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It is, in fact, easy to see how little the enemy respect truth and justice when speaking of their military operations, especially when, through inability or over-confidence, they meet with deserved failure.

If the result be all he desired, it can be said that Major-Gen. Halleck is easily satisfied; it remains to be seen whether his Government and people will be of the like opinion.

I attest that all we lost at Corinth and during the retreat would not amount to one day's expense of his army.

Capture of Memphis.

A few days after Gen. Beauregard's movement from Corinth, the city of Memphis having been abandoned by the Confederate garrison departing to another scene of action, was easily captured by the large Federal fleet in the Mississippi River. The capture was made on the 6th of June. The evacuation of Forts Pillow and Randolph had taken place two days before. In the river near Memphis was a small fleet of Confederate boats. It consisted of the General Van Dorn, (flag-ship,) General Price, General Bragg, Jeff. Thompson, General Lovell, General Beauregard, Sumter, and Little Rebel, all under the command of Corn. Montgomery. Each of these boats carried an armament of two guns, with the exception of the Jeff. Thompson, which had four.

The Federal gunboats consisted of the following: the gunboat Benton, (flag-ship of Corn. Davis,) mounting fourteen guns; gunboat St. Louis, thirteen guns; gunboat Mound City, thirteen guns; gunboat Louisville, thirteen guns; gunboat Cairo, thirteen guns; gunboat Carondelet, thirteen guns; three mortar-boats, and twenty rams and transports. This overwhelming force advanced, with several of their rams in front, their iron-clad gunboats in the centre, two and three abreast, and their mortarboards and transports bringing up their rear.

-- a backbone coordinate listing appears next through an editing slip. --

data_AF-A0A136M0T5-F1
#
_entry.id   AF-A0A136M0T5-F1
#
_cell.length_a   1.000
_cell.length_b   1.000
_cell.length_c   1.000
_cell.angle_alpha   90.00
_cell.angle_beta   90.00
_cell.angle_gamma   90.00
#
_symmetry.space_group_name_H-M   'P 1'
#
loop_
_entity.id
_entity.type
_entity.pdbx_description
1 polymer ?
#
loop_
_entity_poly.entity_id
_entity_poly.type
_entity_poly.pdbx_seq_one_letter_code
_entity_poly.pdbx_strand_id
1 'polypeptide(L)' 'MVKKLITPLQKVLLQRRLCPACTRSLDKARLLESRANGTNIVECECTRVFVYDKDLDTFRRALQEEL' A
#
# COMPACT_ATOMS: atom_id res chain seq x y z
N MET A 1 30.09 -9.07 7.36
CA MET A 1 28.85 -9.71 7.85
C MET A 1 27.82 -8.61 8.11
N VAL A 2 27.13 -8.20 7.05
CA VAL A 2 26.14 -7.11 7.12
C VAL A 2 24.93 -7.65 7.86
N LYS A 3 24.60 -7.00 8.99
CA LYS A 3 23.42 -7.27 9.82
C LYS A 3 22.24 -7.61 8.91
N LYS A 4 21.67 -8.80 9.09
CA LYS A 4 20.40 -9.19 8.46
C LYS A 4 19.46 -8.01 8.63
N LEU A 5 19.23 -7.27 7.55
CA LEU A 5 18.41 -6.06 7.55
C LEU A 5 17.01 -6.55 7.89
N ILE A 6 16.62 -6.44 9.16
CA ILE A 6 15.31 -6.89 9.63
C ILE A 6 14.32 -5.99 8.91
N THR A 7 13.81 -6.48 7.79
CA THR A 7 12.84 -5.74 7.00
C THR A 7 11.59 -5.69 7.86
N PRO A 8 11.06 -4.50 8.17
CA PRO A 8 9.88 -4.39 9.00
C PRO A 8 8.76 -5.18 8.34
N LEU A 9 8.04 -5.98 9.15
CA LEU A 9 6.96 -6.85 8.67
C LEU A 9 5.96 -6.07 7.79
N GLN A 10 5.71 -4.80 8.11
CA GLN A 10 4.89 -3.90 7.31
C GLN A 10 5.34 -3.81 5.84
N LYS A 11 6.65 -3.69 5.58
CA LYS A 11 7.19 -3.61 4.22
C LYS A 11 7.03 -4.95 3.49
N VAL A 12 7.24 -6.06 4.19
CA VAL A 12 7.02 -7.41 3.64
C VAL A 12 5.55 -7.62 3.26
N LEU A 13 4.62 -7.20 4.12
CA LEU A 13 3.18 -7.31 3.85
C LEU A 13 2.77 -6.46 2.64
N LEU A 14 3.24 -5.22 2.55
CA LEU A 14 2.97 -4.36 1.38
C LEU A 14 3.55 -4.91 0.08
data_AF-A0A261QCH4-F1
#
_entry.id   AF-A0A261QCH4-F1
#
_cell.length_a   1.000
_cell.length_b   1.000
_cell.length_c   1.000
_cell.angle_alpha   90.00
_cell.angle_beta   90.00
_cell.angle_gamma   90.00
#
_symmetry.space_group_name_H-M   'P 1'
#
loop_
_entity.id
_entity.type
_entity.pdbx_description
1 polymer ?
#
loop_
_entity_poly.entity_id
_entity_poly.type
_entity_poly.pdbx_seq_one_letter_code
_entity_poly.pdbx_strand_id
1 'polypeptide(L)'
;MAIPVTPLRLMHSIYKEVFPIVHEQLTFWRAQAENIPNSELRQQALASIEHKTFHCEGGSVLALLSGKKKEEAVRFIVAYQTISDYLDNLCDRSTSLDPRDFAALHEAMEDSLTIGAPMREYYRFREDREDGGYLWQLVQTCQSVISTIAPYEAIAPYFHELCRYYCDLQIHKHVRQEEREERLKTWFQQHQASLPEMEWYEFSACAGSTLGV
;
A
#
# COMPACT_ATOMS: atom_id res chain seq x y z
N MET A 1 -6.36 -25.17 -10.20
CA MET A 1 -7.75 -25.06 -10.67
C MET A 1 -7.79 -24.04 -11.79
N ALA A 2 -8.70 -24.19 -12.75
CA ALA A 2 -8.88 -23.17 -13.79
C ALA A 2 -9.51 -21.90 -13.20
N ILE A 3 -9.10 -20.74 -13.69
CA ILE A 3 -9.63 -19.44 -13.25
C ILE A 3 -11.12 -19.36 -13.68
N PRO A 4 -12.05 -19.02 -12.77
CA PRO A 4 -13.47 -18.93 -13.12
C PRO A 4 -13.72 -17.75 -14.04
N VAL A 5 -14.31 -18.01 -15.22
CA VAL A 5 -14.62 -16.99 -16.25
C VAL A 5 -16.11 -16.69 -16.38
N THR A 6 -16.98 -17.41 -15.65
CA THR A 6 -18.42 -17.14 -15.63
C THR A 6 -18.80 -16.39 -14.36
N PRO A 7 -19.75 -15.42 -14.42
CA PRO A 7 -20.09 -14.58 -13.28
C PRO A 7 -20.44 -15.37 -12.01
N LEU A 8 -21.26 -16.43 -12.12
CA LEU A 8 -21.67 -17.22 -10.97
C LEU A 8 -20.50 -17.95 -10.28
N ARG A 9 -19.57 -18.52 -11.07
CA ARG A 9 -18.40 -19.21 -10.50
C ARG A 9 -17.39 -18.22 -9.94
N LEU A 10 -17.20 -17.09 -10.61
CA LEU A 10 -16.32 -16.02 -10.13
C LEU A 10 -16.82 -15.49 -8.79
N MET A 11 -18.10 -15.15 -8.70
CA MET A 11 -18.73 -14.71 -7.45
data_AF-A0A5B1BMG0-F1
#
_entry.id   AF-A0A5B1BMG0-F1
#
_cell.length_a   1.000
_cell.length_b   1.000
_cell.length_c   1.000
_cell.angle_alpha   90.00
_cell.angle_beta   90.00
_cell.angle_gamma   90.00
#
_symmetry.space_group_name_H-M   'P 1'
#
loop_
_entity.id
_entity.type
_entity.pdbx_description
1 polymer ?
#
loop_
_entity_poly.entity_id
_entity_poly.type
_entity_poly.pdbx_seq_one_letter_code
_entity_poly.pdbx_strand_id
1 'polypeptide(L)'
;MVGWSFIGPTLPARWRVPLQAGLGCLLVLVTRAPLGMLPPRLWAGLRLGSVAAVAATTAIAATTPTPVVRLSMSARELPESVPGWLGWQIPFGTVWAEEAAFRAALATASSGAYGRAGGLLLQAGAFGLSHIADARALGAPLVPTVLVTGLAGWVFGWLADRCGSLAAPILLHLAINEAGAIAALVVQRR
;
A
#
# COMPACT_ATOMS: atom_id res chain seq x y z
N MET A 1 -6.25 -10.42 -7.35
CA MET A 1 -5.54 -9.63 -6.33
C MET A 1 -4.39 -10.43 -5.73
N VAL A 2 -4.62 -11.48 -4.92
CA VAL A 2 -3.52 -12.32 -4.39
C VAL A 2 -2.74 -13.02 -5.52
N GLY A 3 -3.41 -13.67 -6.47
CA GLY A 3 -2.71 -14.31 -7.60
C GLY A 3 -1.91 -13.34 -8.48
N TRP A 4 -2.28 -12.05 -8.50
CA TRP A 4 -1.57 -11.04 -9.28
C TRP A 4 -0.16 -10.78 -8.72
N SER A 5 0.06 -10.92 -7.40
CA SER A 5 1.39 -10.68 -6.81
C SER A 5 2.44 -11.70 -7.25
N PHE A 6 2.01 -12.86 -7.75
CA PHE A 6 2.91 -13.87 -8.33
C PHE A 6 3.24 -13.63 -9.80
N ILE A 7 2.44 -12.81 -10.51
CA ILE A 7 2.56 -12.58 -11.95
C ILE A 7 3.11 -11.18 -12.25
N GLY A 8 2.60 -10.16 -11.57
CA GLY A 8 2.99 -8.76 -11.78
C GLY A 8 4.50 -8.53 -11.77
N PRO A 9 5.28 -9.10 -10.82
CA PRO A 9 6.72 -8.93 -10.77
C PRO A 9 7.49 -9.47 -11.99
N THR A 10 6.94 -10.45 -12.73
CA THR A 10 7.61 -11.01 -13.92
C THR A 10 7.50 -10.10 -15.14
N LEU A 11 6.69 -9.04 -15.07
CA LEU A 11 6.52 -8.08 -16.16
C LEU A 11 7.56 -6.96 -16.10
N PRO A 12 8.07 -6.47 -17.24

The unequal fight lasted but a few hours. The Jeff. Thompson, Beauregard, Sumter, and Bragg were respectively disabled, run ashore, or set on fire, their crews meanwhile escaping to the woods. The Jeff. Thompson was blown up, the Beauregard sunk near the shore, her upper-works remaining above the surface. The Sumter and Bragg were the only boats that could be brought off, and these were subsequently anchored in front of the city, with the odious flag of the invaders flying at their mast-heads. The Confederate loss did not exceed fifty in killed and wounded, and one hundred prisoners. On the boats captured and destroyed, there was but a small quantity of stores and munitions, and everything in the city of value to the government had been removed. Beyond the mere fact of obtaining possession of the position, the victory of the enemy was a barren one.

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